Coronavirus: on any one day, at any moment I can feel: confused, proud, frightened, proud, responsible, proud, sad, proud, worried, proud, emotional, proud, overwhelmed, proud, committed, proud.
Like everyone I am frightened. Frightened for all the children and young people, and their families that Rainbows Hospice supports. Frightened for the staff. Frightened for myself and my family (including my grand-daughter due to be born in May). Coronavirus overwhelms my working day and as CEO I have to hold my fears and anticipate, prevent and mitigate making sure that Rainbows is in the best possible place to recover following the crisis.
Rainbows cares for some of our most vulnerable children across the East Midlands. Over the years, communities large and small, corporates, community groups, school children and individuals have made sure that we have the money we need to make a real difference to those children who have a life-limiting illness or sadly who die. We now want to give something back to those communities.
I am immensely proud of all my staff who have pulled together plans to make sure we are able to continue offering support to those children who are at the end of life, or who are experiencing difficult and complex symptoms. At the same time, we are working with and supporting hospitals so that they have the resources they need to offer Intensive Care beds for those adults and children who will become unwell with coronavirus.
I am proud of our brave and courageous staff who have had to make very difficult decisions. At Rainbows we really understand how important short-breaks are to our families and we continued to offer our short-breaks/respite as long as we could. However, in order to make sure our children are safe we have had to temporarily stop short-breaks. Our Family Support team are embracing new ways of working and using IT to offer remote support to these children and their families.
The sense of responsibility has never felt so real. £6.2 million: the amount of money we need to keep our doors open; 350: the number of families we support. 173: the number of staff we employ. 400: the number of volunteers that help us from shops to gardening, cleaning to car-parking, reception to care and many more I will have missed.
I am proud that over the years Rainbows has been financially prudent and well managed and that at the moment we can continue to provide services and there is not an immediate risk to staff and their income. However, our ability to fundraise is restricted and given the widespread economic impact of coronavirus we are carefully monitoring our cash flow and income.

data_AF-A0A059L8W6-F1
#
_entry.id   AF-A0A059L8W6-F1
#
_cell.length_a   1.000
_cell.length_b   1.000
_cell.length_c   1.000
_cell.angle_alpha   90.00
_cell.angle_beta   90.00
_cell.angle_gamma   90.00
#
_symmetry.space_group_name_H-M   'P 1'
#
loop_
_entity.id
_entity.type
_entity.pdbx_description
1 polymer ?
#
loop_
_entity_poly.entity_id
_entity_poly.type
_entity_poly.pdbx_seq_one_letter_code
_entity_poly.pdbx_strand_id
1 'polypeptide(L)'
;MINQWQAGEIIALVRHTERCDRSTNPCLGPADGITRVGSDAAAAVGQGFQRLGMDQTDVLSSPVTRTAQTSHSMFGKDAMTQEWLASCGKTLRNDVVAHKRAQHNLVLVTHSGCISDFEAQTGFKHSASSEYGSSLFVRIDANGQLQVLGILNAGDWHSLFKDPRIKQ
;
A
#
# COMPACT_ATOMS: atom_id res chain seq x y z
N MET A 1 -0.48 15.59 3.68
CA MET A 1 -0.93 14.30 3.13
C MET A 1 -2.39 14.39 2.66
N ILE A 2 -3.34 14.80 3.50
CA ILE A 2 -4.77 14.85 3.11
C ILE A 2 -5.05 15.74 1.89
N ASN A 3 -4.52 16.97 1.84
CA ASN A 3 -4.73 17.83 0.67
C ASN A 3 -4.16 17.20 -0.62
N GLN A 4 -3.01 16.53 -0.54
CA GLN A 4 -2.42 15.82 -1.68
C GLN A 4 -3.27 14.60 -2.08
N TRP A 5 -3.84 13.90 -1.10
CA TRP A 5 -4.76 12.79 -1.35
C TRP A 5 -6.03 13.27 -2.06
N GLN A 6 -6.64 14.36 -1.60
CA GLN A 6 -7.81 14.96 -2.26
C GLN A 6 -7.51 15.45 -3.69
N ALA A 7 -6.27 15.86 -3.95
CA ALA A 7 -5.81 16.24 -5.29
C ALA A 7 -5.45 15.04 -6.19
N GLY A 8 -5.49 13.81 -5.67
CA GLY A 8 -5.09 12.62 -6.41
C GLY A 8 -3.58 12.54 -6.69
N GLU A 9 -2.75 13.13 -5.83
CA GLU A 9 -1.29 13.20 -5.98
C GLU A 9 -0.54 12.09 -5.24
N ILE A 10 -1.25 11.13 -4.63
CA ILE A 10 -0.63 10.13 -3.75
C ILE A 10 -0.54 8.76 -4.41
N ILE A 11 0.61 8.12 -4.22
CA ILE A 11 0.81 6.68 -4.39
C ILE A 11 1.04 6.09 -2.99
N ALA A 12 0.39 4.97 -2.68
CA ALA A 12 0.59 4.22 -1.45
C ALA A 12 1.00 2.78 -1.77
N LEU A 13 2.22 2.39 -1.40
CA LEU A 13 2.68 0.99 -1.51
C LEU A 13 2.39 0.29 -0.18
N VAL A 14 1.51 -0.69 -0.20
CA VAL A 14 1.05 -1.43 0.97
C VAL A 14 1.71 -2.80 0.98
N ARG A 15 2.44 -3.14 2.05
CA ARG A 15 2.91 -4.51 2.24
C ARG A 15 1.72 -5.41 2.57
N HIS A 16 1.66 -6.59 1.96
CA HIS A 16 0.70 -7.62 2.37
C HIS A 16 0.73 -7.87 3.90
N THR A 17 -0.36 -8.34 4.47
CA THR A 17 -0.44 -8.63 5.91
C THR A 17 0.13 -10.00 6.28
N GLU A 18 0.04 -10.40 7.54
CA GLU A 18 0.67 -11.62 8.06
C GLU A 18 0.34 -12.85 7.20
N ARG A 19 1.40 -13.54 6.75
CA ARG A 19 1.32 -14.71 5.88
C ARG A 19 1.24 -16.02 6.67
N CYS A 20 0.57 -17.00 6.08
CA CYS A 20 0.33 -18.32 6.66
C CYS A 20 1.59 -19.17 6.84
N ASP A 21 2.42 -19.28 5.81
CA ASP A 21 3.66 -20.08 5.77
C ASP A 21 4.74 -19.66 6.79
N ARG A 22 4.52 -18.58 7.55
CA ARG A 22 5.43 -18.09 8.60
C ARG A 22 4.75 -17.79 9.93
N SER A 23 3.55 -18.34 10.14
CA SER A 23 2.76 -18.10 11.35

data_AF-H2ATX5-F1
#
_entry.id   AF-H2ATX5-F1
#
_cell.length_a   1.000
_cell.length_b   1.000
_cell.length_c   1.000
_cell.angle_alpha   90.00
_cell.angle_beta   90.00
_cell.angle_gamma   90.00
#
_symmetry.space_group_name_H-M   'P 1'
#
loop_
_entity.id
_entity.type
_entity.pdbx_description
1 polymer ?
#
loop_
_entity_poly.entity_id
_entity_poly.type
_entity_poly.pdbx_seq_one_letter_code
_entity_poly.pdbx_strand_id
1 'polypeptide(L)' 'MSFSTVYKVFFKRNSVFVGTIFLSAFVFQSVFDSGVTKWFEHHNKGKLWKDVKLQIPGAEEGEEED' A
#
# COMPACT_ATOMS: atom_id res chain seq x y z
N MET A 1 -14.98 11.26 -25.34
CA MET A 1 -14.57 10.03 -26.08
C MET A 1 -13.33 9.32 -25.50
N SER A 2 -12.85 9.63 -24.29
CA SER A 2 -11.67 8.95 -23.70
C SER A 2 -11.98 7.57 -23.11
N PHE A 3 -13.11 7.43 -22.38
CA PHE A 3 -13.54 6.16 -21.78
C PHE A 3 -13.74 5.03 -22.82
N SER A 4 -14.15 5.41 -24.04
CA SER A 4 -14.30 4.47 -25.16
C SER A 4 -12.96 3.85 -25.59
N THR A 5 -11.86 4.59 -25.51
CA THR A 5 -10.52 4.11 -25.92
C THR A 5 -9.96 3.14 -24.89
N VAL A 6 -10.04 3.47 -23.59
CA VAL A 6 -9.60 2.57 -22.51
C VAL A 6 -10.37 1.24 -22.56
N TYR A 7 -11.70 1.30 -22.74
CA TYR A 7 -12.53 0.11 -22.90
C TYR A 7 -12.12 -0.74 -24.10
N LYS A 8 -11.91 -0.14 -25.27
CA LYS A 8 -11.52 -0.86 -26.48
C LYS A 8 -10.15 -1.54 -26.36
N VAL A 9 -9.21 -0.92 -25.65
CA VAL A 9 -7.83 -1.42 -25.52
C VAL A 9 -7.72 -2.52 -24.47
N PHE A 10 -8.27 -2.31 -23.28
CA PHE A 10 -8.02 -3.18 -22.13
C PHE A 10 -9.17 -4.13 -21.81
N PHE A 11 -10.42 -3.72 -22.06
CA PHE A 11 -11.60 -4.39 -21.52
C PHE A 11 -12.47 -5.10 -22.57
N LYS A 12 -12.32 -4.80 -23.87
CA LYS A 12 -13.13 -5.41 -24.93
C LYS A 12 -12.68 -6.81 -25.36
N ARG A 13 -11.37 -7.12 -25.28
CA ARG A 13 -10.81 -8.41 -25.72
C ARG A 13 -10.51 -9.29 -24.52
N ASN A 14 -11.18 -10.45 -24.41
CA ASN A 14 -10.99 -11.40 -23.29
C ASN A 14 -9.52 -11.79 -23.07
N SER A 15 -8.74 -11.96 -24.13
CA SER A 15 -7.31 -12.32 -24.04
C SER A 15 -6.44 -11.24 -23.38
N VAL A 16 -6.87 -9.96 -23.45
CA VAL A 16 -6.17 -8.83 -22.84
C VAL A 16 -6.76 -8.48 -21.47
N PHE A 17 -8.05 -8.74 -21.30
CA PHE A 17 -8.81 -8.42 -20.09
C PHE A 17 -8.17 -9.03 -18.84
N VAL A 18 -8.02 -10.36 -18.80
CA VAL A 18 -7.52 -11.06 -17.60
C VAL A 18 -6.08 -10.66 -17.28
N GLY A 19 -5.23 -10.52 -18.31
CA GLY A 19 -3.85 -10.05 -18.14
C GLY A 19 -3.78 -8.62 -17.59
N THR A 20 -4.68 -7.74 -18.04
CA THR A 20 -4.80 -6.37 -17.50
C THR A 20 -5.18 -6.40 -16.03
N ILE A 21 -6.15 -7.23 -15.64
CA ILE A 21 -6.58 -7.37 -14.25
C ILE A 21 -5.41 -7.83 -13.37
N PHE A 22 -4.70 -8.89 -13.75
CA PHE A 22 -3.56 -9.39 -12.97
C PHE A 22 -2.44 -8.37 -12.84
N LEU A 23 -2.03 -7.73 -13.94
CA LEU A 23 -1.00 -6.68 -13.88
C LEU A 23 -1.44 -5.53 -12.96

I worry what the financial impact might be should the crisis last months not weeks and find myself waking up early in the morning. We will need extra support to recover at a time when our communities are worried about money. Will Rainbows get the timely, appropriate, financial support they need from the government? How will all this impact on those children and families that depend on Rainbows for the on-going support they need?
I am proud of all the staff who work tirelessly to raise funds, who now are in their own homes (probably juggling work and childcare) analysing information, staying in contact with all our supporters and developing new creative fundraising ideas ready to go. Watch this space.
We cannot underestimate the emotional impact that coronavirus has on our mental health and wellbeing, and we need to be mindful of those needs now and more importantly in the future. It’s telling that even though our coronavirus preparations are all about process my blog focuses on people.
Rainbows is all about people and it’s the commitment of staff, volunteers and families that leaves me feeling emotional.
To those staff working from home who do everything they can to sneak back in – stay strong we are more than a building! To local businesses who have donated what they can as their shops close – thank you, we hope to see you back in business soon. To all our volunteers: look after yourself, we will reschedule our volunteer week celebration. To the clinical staff: you are our healthcare heroes. To our children young people and families: life may be different, what doesn’t change is Rainbows commitment to you.
Life will change, decisions will be difficult. However, I am optimistic that our place in the hearts of people will help us through the crisis, and with the help of our community, we can rebuild and redesign Rainbows future. Stay safe stay well.